Peter Radizeski makes much the same point when he notes that there is no clear leader in the hosted UC space as yet.  Referring to the market segmentation diagram he further states that:

“The winners will be by segment. The same company at the bottom of the pyramid will not be the winner at the top. As Vonage Business execs are finding out, it is hard to sell that logo into an enterprise. As 8×8 experienced, moving up to mid-market is an expensive and time consuming effort.”

So, with the  bigger guys focusing on the top of the pyramid, the field is clear at the bottom for  ITSPs that can figure out the sales process (most have not).


In such an environment, where success hinges on high-touch sales and support,  Interconnects, ISPs, Agents and VARs need a white label hosted UC provider such as Skyswitch.  The white label business model allows smaller service providers to leverage proven expertise and infrastructure while directing operational capital into the areas where it will earn the highest return.

To learn more about SkySwitch and Web Centrex, our white label Hosted UC platform contact us today.



Is 2016 the Year of Messaging for Business?

Predictions for 2016 abound around the Internets, but one in particular caught my eye.

Russel Brand from Massively quotes several sources to make the argument that now is the time for messaging apps to become a serious business tool:


One of the most consistent predictions is the emergence of messaging apps as a channel for brands to reach and engage customers. Advertising Age’s list of top trends marketers won’t be able to ignore states that “messaging platforms will trump broadcast social networks”, while eMarketer predicts that “marketers will join the conversation (in messaging apps)”. Henry Blodget, the CEO and Editor-In-Chief of Business Insider, boldly stated “the next big platform will be…Messaging”. And just yesterday, TechCrunch concluded their list of eight trends for 2016 by proclaiming that “soon our first entry point for buying things, ordering things, customer service, is likely to be an IM platform with companies bolting into the back end of the messaging experience.

I am a believer in the value that messaging apps offer to business.  For my money, nothing compares to the efficiency of  Instant Messaging when it comes to connecting customers to an organization’s sales and customer service force.  And, with the capabilities that WebRTC brings to every browser, and the ongoing integration of WebRTC into business communication and collaboration systems, it certainly seems like the stage is set for messaging apps to become part of the business landscape.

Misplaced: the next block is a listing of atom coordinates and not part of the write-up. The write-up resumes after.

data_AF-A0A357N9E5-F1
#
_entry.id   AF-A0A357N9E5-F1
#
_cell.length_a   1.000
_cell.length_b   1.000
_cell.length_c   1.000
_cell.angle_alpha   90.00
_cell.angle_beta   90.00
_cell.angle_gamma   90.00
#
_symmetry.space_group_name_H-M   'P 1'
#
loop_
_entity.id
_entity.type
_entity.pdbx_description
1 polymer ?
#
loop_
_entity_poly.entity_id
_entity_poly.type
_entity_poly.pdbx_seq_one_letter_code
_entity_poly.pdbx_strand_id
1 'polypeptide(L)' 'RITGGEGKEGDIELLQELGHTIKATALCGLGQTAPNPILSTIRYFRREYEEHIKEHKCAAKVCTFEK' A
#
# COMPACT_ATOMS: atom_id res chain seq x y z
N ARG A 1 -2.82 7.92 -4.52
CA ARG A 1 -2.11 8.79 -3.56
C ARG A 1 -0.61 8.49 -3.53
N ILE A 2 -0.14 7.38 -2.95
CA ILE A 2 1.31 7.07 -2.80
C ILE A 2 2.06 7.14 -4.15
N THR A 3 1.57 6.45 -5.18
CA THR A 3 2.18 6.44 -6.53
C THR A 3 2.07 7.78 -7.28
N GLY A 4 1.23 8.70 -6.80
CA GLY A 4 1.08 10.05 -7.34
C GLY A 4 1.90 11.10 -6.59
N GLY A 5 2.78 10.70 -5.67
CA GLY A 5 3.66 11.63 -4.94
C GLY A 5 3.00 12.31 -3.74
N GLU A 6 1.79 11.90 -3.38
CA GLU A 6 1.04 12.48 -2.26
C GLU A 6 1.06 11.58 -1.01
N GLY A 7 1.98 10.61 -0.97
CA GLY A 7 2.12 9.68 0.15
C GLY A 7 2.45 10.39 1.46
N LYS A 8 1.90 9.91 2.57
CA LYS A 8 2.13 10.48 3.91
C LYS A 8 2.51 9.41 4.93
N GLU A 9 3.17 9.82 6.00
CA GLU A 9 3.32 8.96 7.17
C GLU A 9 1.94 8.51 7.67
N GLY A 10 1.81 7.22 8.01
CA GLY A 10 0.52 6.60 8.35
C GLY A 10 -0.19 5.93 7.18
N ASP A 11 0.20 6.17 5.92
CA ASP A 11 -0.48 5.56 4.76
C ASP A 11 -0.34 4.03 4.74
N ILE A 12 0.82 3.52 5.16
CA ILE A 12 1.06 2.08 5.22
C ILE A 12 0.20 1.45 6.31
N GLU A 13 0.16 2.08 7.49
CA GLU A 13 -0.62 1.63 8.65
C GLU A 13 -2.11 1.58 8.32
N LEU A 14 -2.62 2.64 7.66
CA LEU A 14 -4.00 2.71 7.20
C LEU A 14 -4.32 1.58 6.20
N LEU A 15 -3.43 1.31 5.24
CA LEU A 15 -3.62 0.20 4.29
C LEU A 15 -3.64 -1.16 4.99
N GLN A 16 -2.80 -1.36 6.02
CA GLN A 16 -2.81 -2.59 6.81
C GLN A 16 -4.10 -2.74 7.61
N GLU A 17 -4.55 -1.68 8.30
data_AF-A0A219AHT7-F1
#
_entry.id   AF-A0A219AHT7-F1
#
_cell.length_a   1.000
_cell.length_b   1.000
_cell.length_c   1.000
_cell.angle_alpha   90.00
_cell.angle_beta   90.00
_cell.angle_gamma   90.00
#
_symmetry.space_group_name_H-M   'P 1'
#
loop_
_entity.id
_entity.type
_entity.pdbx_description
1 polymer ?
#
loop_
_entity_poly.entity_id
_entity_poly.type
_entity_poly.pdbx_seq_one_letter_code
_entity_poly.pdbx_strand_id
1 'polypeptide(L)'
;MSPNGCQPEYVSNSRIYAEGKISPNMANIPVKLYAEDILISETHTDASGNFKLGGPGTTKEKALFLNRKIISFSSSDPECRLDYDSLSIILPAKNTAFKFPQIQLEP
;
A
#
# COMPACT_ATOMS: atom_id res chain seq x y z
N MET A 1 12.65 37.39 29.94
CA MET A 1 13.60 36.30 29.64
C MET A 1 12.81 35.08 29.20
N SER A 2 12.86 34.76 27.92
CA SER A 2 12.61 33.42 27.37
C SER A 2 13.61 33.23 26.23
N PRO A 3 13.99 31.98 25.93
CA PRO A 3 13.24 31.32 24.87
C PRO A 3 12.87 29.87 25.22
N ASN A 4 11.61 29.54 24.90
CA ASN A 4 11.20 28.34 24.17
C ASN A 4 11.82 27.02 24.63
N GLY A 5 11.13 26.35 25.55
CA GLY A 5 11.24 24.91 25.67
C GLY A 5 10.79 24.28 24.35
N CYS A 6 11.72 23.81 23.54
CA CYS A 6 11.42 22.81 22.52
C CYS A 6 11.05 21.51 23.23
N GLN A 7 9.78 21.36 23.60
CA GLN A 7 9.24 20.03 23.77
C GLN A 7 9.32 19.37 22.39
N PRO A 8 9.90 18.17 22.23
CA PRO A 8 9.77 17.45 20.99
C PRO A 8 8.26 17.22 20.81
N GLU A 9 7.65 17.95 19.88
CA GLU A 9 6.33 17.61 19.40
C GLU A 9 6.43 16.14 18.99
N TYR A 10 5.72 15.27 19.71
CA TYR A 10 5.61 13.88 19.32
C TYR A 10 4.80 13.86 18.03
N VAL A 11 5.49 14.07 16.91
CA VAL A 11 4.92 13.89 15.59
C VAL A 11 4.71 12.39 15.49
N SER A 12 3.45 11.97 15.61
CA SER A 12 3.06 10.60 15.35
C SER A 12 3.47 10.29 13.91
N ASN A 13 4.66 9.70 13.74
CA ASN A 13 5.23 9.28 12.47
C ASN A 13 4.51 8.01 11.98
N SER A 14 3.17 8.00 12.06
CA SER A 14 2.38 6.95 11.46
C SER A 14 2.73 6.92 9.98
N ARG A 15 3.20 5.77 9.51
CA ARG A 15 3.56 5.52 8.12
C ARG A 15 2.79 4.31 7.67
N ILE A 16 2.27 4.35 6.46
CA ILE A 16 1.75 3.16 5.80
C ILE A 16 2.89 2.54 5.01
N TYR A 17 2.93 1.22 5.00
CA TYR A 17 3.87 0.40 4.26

I am willing to  bet that the day will come when most customer interactions will begin with an Instant Message or text message – as a prelude to a voice or video call, if nothing else.   But, unless a marquee brand like Apple or Amazon sets the pace for others to follow, I just don’t see it happening so quickly.  At least not in 2016.


SIP Phone Automation for Fun and Profit

robotOver the holidays, I made a serendipitous discovery while trying to get the the Amazon Echo to control a light bulb using voice commands. If you haven’t yet heard about the Amazon Echo it is a relatively new appliance that contains a voice controlled personal agent named Alexa (Amazon’s version of Siri, Cortana and Google Now). But I digress… The discovery was the If-This-Then-That (IFTTT) Maker channel.

IFTTT (pronounced “ift”) is a consumer oriented webservice that makes software automation accessible to virtually anyone. Using hundreds of pre-built “recipes” IFTTT allows you to connect different applications together with rules that can be easily defined. The pre-built recipes include connections (called “Channels“) to virtually any consumer webservice that you can think of. Another automation webservice, Zapier, is more geared towards business applications but is not as straight-forward to setup.

Introduced in June 2015, the IFTTT Maker channel allows you to trigger a recipe with a simple HTTP post. That means that you can trigger automation tasks just by hitting a web URL. The IFTTT service lets you insert parameters into the URL that can be passed to other applications.